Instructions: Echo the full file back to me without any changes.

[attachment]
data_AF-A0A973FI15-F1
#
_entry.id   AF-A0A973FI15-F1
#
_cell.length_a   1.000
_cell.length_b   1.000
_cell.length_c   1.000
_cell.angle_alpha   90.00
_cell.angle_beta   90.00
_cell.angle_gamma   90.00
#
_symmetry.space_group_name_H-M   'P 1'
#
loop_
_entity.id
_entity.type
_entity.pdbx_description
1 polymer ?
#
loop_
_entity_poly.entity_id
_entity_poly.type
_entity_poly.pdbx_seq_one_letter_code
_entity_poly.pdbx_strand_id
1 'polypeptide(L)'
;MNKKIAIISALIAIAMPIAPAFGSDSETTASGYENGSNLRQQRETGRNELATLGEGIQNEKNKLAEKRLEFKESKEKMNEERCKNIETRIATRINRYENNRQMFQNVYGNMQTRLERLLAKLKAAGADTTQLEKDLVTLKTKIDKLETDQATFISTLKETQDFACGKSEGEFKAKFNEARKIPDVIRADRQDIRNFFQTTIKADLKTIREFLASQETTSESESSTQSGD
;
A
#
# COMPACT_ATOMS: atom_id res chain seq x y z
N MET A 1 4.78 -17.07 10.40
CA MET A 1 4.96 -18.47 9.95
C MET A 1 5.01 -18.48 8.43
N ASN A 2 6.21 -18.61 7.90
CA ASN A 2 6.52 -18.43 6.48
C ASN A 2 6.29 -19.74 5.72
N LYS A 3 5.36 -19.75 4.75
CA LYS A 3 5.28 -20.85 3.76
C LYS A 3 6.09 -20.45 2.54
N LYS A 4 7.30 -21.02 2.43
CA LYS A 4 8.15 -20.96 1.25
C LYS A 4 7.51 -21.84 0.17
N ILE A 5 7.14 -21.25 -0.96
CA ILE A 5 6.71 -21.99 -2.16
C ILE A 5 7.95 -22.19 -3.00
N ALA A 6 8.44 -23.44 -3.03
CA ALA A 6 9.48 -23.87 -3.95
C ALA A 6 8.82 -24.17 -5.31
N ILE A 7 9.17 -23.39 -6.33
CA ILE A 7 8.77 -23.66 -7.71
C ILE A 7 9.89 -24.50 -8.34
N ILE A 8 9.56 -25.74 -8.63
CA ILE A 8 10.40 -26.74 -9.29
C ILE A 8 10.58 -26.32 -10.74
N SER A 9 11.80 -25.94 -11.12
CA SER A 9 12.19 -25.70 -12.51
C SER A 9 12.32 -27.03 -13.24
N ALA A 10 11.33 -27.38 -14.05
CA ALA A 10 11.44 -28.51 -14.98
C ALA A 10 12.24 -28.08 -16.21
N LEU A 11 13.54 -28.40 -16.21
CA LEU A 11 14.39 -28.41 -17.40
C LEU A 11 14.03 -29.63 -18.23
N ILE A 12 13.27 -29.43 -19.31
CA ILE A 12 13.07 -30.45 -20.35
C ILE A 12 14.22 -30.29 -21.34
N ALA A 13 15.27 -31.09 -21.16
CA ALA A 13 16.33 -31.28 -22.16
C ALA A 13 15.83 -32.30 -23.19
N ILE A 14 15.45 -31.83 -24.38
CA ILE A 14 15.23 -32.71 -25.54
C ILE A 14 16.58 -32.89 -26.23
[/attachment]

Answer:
data_AF-A0A973FI15-F1
#
_entry.id   AF-A0A973FI15-F1
#
_cell.length_a   1.000
_cell.length_b   1.000
_cell.length_c   1.000
_cell.angle_alpha   90.00
_cell.angle_beta   90.00
_cell.angle_gamma   90.00
#
_symmetry.space_group_name_H-M   'P 1'
#
loop_
_entity.id
_entity.type
_entity.pdbx_description
1 polymer ?
#
loop_
_entity_poly.entity_id
_entity_poly.type
_entity_poly.pdbx_seq_one_letter_code
_entity_poly.pdbx_strand_id
1 'polypeptide(L)'
;MNKKIAIISALIAIAMPIAPAFGSDSETTASGYENGSNLRQQRETGRNELATLGEGIQNEKNKLAEKRLEFKESKEKMNEERCKNIETRIATRINRYENNRQMFQNVYGNMQTRLERLLAKLKAAGADTTQLEKDLVTLKTKIDKLETDQATFISTLKETQDFACGKSEGEFKAKFNEARKIPDVIRADRQDIRNFFQTTIKADLKTIREFLASQETTSESESSTQSGD
;
A
#
# COMPACT_ATOMS: atom_id res chain seq x y z
N MET A 1 4.78 -17.07 10.40
CA MET A 1 4.96 -18.47 9.95
C MET A 1 5.01 -18.48 8.43
N ASN A 2 6.21 -18.61 7.90
CA ASN A 2 6.52 -18.43 6.48
C ASN A 2 6.29 -19.74 5.72
N LYS A 3 5.36 -19.75 4.75
CA LYS A 3 5.28 -20.85 3.76
C LYS A 3 6.09 -20.45 2.54
N LYS A 4 7.30 -21.02 2.43
CA LYS A 4 8.15 -20.96 1.25
C LYS A 4 7.51 -21.84 0.17
N ILE A 5 7.14 -21.25 -0.96
CA ILE A 5 6.71 -21.99 -2.16
C ILE A 5 7.95 -22.19 -3.00
N ALA A 6 8.44 -23.44 -3.03
CA ALA A 6 9.48 -23.87 -3.95
C ALA A 6 8.82 -24.17 -5.31
N ILE A 7 9.17 -23.39 -6.33
CA ILE A 7 8.77 -23.66 -7.71
C ILE A 7 9.89 -24.50 -8.34
N ILE A 8 9.56 -25.74 -8.63
CA ILE A 8 10.40 -26.74 -9.29
C ILE A 8 10.58 -26.32 -10.74
N SER A 9 11.80 -25.94 -11.12
CA SER A 9 12.19 -25.70 -12.51
C SER A 9 12.32 -27.03 -13.24
N ALA A 10 11.33 -27.38 -14.05
CA ALA A 10 11.44 -28.51 -14.98
C ALA A 10 12.24 -28.08 -16.21
N LEU A 11 13.54 -28.40 -16.21
CA LEU A 11 14.39 -28.41 -17.40
C LEU A 11 14.03 -29.63 -18.23
N ILE A 12 13.27 -29.43 -19.31
CA ILE A 12 13.07 -30.45 -20.35
C ILE A 12 14.22 -30.29 -21.34
N ALA A 13 15.27 -31.09 -21.16
CA ALA A 13 16.33 -31.28 -22.16
C ALA A 13 15.83 -32.30 -23.19
N ILE A 14 15.45 -31.83 -24.38
CA ILE A 14 15.23 -32.71 -25.54
C ILE A 14 16.58 -32.89 -26.23